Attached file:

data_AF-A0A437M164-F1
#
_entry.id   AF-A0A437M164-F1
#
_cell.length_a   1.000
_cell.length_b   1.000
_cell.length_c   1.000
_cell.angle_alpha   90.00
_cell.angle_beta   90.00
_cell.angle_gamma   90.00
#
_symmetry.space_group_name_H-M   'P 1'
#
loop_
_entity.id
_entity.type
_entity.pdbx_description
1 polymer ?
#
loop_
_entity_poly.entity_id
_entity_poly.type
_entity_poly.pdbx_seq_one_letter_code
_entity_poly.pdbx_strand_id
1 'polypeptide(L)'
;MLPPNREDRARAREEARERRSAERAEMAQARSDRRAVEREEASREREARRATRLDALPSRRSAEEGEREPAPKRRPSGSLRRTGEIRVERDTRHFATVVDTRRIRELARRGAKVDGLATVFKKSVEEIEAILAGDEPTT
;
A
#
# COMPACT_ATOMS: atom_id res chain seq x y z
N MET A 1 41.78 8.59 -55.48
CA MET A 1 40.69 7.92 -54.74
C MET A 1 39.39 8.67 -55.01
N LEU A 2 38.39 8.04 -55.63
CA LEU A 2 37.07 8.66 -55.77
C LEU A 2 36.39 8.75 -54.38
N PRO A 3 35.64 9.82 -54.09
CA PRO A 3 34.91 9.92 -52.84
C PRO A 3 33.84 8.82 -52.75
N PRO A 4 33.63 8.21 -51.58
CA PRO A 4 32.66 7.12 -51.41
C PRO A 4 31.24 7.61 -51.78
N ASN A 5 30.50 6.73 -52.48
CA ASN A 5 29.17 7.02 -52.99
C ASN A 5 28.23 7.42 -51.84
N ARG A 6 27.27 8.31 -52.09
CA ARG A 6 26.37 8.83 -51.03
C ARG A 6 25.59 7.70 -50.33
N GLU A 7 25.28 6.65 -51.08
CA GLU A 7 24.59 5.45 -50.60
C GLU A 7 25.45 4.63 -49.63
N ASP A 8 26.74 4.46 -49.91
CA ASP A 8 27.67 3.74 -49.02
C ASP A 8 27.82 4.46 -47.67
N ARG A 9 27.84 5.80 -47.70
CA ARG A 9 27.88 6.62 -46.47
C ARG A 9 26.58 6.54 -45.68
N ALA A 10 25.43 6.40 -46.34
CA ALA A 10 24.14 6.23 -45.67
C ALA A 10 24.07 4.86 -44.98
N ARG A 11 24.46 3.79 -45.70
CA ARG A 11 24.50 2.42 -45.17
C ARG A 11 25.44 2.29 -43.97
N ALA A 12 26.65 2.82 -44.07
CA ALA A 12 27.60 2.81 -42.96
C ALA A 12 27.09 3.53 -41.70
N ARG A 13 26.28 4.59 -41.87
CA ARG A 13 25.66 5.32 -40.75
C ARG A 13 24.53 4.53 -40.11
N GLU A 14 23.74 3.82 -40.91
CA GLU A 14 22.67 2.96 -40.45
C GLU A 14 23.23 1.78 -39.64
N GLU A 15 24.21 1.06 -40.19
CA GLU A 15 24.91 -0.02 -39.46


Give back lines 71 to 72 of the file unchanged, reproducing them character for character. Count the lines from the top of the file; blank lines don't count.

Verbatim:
CA GLU A 14 22.67 2.96 -40.45
C GLU A 14 23.23 1.78 -39.64